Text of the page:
A spider crawls on Lisa's (Liliane Amuat) back and Mara (Henriette Confurius) creates uninterrupted surface from Lisa's back, her shoulders, her clothes to Mara's hand. They exchange the spider hand to hand in smooth, lyrical motions and then transfer it back on the wall. It's the new Zürcher brothers' film, Das Mädchen und die Spinne or The Girl and the Spider, premiering at the 71st Berlin International Film Festival. And just like this smooth transition of movements and energies where there w

How would Satyajit Ray have responded to the pandemic?

There may be clues in his cinema, which reveals a politically and socially conscious, and often prescient, vision of Bengal, India and humanity

The Spanish Flu ended in April 1920. Satyajit Ray, India’s most fêted filmmaker, was born a year later, on May 2, 1921. This year marks his birth centenary, as another pandemic ravages the world, its impact particularly harsh on India now more than anywhere else. A question that has arisen over the past year is how cinema will reflect this period. We ha

How Shakun Batra masterfully establishes mise-en-scène in his films

In Shakun Batra's Ek Main Aur Ekk Tu (2012), Rahul Kapoor (Imran Khan), a jobless architect in Las Vegas picks up after his newfound companion Riana Braganza (Kareena Kapoor). A beer bottle on the sidewalk, a candy she flings at him in mock anger followed by a coffee cup in the middle of the road. Rahul's parents brought him up under the compulsion of neatness and tidiness in all their varied meanings. He grew up to become exactly what his parents wanted him to be, learning to iron his socks and

What Arivu's erasure from Rolling Stone India's cover and story of 'Enjoy Enjaami', 'Neeye Oli' highlights

Songwriter-musician-activist Arivu is at the centre of both the songs that form the anchor for Rolling Stone India’s August 2021 cover story featuring singer Dhee and rapper-recording artist Shan Vincent de Paul. The two are on the cover with Arivu nowhere in sight.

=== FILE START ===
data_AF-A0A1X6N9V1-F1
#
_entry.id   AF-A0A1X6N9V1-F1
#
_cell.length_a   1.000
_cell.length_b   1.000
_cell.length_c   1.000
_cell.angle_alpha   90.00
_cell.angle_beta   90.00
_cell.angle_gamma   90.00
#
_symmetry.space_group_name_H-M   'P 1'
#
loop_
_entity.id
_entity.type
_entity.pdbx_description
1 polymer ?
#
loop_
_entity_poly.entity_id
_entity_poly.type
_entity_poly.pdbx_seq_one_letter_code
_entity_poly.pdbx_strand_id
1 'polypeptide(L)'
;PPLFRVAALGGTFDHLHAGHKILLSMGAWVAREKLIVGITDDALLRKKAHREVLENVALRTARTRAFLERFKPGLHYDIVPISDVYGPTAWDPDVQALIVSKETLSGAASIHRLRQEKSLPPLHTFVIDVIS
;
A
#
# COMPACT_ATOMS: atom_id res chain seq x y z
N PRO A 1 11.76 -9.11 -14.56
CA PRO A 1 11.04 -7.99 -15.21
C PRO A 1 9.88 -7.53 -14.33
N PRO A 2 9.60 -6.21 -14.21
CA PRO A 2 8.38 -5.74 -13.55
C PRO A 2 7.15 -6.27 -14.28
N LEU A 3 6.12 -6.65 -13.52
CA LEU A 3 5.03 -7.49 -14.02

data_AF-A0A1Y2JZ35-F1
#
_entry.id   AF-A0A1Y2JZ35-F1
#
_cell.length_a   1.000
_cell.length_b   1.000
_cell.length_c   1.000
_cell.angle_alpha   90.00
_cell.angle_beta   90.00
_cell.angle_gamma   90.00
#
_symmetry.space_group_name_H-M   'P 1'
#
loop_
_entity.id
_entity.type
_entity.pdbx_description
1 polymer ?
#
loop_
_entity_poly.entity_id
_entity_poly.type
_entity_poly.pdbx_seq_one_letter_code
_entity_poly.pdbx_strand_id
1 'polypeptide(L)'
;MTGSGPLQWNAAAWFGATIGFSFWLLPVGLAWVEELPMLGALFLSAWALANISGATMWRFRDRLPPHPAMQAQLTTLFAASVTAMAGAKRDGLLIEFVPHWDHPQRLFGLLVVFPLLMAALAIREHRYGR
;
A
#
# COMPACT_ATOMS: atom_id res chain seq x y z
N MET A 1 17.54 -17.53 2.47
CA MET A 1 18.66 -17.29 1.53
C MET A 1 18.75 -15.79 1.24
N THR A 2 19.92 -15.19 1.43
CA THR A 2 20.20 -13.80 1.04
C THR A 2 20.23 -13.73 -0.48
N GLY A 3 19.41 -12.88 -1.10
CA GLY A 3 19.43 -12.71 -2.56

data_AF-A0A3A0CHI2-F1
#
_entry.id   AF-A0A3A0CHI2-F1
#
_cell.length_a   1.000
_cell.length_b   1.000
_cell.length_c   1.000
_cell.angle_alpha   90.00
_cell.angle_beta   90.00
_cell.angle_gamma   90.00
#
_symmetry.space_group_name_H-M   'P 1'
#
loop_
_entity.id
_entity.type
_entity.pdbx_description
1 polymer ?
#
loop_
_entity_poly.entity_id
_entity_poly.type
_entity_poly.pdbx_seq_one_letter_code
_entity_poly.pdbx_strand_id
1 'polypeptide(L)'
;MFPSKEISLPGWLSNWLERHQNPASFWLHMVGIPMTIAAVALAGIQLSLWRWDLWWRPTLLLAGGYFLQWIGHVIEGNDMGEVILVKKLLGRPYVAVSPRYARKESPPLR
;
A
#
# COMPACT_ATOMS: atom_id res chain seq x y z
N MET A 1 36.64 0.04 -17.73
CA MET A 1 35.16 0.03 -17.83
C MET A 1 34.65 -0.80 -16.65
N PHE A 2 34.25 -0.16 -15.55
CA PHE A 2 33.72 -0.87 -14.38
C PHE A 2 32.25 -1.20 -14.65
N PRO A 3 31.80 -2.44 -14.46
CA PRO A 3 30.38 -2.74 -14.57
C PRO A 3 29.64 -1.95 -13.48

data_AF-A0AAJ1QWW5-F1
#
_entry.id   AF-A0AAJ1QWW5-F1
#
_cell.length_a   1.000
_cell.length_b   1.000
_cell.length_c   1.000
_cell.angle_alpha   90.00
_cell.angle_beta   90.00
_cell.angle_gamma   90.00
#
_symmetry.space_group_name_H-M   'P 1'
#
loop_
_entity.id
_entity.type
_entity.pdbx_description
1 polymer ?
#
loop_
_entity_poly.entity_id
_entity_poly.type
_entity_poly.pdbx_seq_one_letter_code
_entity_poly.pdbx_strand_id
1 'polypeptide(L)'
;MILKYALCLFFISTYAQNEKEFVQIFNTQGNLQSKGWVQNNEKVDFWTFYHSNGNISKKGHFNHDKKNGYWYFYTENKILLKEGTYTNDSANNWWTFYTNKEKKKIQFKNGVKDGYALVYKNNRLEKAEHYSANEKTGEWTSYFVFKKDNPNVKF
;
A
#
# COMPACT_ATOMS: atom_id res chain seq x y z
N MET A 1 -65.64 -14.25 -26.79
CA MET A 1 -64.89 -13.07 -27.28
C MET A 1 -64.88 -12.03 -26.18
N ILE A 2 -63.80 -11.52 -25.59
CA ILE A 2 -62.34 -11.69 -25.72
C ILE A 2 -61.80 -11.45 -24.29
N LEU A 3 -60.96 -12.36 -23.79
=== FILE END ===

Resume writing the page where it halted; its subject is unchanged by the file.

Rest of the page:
In 1972, Dr Hook & the Medicine Show released their song ‘The Cover of Rolling Stone‘, penned by Shel Silverstein. It parodies the pinnacle coveted by bands then, to appear on the cover of the Rolling Stone magazine and made a famou

Dhanush: An Actor Poised to Become Indian Cinema's Next Polymath

A film critic, after the India premiere of Visaaranai, experienced the kind of disbelief that can be summoned by a truly original film and tweeted, “who is this director Vetrimaaran”. Everybody clamoured to point out that he is a National Award-winning filmmaker. Dhanush, Visaaranai’s co-producer, who won his first of two Best Actor National Award for the director’s Aadukalam in 2011, had lived through much worse – “pigeon-chested paavam who looks like a paanwala on probation” went one gem from

Berlinale 2021: Wheel of Fortune and Fantasy- An ear to the door

Ryusuke Hamaguchi's Wheel of Fortune and Fantasy (Guzen to sozo) won the Silver Bear Grand Jury Prize at the 71st Berlinale this year. Over the last year, we've seen an endless barrage of anthologies. Here, Hamaguchi comes up with a three-film anthology that packs magic and coincidence, age and innocence, fellowship and camaraderie to examine tiny nuggets of human behaviour with a canvas larger than what the film seemingly allows. At the centre of the three films are women, followed by conversat